Osaka is known as the foodie capital of Japan so do not miss the opportunity to sample its local street foods, most popular ones being Okonomiyaki (frittata) and the famous Takoyaki which literally translates into Octopus (Tako) Fried (Yaki). Takoyaki is basically little round dashi flavoured pancake balls stuffed with pieces of octopus, tempura, green onions and pickled red ginger, they are smothered with mayonnaise, takoyaki sauce (similar to worcester sauce) and sprinkled with fried seaweed & dried bonito flakes. You can expect the texture to be crispy on the outside and gooey in the inside, if you like seafood and have an adventurous tongue then you must try these! Best ones can be found at street vendors, we stumbled upon one under a bridge opposite the Umeda train station for a quick lunch snack. I was comforted when I saw later that evening a long queue of locals in line for a portion Takoyaki – hopefully a sign that is was aunthetic place!
That said if you are unsure on where to haunt down some good octopus balls I would recommend going to Dottonbori and having a browse around its fluorescent lively streets for some canal side delights. Yes its touristy but if you have limited time and want to get a feeling of Osaka’s love affair with food then Dottonbori will give you a great gastronomic introduction.
Now for my favourite local find in Osaka. A 7 hour flight. First night in Japan. 11pm. Heizo Chicken. gem. Forget the questionable exterior, non english speaking staff and limited Japanese menu – my golly this place was so up my alley. Quirky, tasty and above all super friendly. I got a feeling within about 5 mins that we had stumbled upon a local hidden gem that is very popular with mid night cool folks.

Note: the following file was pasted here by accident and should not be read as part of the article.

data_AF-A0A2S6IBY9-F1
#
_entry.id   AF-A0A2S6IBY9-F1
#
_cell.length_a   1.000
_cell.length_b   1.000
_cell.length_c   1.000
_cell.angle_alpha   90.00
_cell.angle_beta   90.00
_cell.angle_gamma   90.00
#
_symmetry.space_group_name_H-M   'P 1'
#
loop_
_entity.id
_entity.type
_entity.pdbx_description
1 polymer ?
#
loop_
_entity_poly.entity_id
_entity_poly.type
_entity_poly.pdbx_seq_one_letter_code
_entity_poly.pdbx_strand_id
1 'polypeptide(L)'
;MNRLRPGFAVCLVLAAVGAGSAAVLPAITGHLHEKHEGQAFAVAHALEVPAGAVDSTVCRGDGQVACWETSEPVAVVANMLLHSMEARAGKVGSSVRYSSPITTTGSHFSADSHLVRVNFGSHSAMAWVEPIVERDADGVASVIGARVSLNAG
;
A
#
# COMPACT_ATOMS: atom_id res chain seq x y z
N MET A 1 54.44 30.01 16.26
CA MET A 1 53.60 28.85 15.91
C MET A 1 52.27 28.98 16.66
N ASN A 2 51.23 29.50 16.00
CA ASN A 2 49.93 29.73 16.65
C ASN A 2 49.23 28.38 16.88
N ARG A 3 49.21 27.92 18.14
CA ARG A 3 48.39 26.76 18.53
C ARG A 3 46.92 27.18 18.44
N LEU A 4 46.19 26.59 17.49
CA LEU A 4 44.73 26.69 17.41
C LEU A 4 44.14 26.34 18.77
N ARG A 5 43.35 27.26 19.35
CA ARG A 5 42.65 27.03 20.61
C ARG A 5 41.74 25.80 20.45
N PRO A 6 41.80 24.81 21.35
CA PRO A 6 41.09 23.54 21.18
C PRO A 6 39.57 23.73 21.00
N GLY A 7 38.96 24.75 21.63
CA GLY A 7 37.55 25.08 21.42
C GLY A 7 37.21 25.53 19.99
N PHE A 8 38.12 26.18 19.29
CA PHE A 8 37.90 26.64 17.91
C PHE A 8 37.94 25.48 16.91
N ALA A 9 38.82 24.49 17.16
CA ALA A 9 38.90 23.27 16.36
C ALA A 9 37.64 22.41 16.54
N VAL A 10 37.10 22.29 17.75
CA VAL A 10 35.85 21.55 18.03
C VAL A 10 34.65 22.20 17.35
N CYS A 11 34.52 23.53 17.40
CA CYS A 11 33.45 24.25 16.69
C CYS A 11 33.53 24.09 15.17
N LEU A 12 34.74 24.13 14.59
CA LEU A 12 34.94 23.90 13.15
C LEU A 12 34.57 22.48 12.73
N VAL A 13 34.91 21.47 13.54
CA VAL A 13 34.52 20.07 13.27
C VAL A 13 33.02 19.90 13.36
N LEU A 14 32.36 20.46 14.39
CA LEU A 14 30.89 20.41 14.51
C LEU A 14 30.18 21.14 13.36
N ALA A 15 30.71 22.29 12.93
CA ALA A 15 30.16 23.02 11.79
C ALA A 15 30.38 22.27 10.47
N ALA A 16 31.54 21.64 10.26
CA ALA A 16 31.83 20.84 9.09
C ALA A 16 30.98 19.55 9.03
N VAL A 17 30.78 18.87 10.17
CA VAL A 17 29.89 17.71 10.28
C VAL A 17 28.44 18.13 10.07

The pictorial menu was kind of helpful – as in what you saw you got, but what you got was still unclear (in a good way).
All items ordered were presented in cute disposable banana shaped bamboo ships. I guess this was Japanese Tapas?! Mi gusta! From what I could make out we had; a brie type cheese croquette, japanese keema, a yummy potato salad and a cheese/potato/bacon ball in a creamy tomato salsa. All were delicious and perfect for late munchies!
The only item we could not eat as we were “dining in” was the Heizo Fried Chicken! Apparently its only for “take-away” – all quite bizarre but I like the odd bit of obscurity! Take-Away diners seemed very chuffed with their big boxes of fried goodness. I reckon its worth coming back for.
The Hunt for Gyoza Morsels
Who doesn’t like sizzling meaty dumplings!? We tried gyoza all over Japan and honestly we didn’t have one bad dumpling, but if I was to rank those dumplings I would in-doubtly give the number one spot to a little corner cafe on the 5th floor of the Umetika dining building.
The cafe specialised in gyoza with beer – one could say a rather limited menu but I say genius!
We had encore portions and would again and again.
Lunch hosted by an efficient digital member of staff who only spoke in Japanese scripture.
Again I was very unsure on the ingredients of my order but the digitised diagrams really helped make a decision on what to order. Once I paid the machine and received my token order slip I took a seat at the communal dining table. It had large green furry balls as an interesting centrepiece…..first time for everything….it actually looked quite cool!
Now what did I order?! I think it was cold soba noodles in a white milky broth with a heaping of some kind of mince meat (maybe pork?) and a sprinkle of sprouts. Light, refreshing and oh so tasty! It came with a pourer of chilli oil which brought out the flavours of the milkly broth. Yum!
I left Osaka with very flavourful memories. Not enough time to try all its delights but a great insight into its vibrant and fun eating scene. Sweetoothers look out for my dessert safari in Japan coming soon!